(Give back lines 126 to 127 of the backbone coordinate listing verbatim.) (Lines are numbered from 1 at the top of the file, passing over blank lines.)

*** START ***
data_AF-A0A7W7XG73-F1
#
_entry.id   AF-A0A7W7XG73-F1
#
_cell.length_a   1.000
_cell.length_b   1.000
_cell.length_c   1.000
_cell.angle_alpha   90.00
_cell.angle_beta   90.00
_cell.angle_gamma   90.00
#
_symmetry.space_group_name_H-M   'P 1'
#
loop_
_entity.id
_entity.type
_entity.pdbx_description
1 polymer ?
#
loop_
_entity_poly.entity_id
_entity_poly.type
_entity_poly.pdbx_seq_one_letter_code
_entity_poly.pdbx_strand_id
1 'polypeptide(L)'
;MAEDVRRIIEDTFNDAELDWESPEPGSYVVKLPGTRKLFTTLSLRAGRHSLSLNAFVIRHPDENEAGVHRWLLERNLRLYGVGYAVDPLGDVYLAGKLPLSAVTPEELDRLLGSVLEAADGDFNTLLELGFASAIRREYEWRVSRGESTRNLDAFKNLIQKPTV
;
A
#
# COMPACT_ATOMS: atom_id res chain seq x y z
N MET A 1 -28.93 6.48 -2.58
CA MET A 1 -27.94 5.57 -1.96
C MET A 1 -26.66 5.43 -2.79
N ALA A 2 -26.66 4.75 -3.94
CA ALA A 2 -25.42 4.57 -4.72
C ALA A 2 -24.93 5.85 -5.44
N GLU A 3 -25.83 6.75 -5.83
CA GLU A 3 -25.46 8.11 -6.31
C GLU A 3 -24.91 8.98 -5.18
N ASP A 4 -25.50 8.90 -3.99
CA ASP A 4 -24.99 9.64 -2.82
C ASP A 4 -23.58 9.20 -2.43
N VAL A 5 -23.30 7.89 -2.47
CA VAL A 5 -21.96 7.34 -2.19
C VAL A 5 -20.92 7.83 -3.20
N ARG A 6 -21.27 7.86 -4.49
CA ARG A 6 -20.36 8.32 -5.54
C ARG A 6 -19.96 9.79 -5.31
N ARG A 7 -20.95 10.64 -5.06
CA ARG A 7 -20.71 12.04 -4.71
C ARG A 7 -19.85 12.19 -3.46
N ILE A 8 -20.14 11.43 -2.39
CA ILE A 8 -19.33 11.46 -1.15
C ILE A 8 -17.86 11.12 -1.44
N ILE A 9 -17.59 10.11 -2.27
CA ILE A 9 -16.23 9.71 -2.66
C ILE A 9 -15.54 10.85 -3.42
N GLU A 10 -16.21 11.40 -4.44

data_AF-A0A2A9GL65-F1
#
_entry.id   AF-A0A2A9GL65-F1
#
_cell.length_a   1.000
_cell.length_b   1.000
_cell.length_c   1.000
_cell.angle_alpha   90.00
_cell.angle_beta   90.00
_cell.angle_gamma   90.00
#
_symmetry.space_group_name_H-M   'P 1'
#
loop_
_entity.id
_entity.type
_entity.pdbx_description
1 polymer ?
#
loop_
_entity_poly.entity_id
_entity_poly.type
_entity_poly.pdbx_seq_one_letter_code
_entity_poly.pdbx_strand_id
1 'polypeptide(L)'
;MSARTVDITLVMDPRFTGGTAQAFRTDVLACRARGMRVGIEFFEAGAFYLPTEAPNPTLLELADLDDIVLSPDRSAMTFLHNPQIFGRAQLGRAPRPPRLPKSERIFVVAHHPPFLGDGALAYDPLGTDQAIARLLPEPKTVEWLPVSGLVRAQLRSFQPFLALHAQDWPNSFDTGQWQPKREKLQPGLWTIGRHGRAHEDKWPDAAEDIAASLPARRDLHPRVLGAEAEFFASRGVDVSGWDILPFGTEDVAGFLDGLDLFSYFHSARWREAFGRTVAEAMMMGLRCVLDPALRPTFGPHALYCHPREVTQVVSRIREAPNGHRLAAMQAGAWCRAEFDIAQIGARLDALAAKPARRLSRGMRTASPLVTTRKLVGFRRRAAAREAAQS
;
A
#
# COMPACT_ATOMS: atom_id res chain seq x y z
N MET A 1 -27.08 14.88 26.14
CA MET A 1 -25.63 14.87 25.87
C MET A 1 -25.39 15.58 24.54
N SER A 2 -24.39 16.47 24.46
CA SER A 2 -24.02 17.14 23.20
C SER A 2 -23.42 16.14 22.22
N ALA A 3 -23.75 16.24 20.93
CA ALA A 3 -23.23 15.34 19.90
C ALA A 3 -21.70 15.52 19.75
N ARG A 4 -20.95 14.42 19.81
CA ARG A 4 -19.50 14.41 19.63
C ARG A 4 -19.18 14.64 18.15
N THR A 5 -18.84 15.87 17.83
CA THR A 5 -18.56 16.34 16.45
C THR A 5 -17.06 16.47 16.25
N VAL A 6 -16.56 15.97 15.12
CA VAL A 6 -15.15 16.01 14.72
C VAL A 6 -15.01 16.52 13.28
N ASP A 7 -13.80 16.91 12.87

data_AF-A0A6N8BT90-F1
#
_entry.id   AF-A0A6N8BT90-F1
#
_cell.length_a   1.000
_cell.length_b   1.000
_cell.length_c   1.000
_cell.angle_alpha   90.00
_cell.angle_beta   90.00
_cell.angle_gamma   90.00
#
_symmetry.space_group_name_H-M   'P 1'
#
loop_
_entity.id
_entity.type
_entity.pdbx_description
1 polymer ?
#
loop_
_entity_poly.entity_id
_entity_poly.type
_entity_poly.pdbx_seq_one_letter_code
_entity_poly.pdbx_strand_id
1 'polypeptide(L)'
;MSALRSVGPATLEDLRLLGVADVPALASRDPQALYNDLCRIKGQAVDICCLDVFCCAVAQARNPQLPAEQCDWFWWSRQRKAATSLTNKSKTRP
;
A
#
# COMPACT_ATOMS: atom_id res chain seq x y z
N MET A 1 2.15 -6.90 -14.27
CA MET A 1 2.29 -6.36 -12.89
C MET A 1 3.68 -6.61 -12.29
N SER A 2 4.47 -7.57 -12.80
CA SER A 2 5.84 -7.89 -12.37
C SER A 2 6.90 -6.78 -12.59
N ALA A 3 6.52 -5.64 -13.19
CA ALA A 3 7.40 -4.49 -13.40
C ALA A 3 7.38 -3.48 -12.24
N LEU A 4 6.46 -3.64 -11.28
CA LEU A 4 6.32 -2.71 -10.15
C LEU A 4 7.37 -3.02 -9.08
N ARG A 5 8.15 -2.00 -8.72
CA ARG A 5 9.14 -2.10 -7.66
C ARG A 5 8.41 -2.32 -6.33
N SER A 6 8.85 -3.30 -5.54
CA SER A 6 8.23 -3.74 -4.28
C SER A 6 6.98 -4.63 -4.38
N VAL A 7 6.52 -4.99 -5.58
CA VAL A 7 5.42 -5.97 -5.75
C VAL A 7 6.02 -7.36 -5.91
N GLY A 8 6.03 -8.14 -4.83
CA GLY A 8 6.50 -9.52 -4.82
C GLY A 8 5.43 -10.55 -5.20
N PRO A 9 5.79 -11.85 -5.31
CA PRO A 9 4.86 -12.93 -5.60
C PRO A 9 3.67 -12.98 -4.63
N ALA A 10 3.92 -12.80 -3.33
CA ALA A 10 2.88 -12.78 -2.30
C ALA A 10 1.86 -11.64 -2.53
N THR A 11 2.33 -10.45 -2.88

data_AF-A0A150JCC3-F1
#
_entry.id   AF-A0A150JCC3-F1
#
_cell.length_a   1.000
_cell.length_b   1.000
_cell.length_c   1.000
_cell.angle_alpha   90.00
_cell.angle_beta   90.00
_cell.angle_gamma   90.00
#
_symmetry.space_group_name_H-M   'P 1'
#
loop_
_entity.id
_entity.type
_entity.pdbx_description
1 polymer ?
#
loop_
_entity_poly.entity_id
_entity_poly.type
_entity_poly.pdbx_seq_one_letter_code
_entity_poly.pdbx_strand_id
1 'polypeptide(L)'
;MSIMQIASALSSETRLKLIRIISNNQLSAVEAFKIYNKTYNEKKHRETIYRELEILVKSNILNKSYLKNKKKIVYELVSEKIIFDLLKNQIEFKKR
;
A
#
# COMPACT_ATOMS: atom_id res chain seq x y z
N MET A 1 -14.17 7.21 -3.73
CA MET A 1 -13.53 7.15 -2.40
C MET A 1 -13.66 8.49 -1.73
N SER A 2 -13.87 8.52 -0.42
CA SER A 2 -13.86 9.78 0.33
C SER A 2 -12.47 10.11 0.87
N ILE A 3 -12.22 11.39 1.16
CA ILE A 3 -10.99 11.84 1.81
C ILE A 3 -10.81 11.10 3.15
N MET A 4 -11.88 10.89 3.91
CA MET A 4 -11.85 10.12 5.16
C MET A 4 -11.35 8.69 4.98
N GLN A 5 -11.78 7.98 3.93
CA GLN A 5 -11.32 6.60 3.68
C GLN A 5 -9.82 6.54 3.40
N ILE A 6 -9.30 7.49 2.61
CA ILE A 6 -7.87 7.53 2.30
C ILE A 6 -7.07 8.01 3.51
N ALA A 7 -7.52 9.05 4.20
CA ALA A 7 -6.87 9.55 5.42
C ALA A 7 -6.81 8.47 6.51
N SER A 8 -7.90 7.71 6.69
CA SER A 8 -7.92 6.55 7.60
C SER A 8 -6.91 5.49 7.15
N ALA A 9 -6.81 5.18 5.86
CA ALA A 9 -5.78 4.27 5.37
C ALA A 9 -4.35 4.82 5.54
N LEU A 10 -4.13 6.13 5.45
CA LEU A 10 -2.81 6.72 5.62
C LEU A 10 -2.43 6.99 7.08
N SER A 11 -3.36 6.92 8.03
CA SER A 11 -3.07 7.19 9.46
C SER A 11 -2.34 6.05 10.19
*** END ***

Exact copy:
#
loop_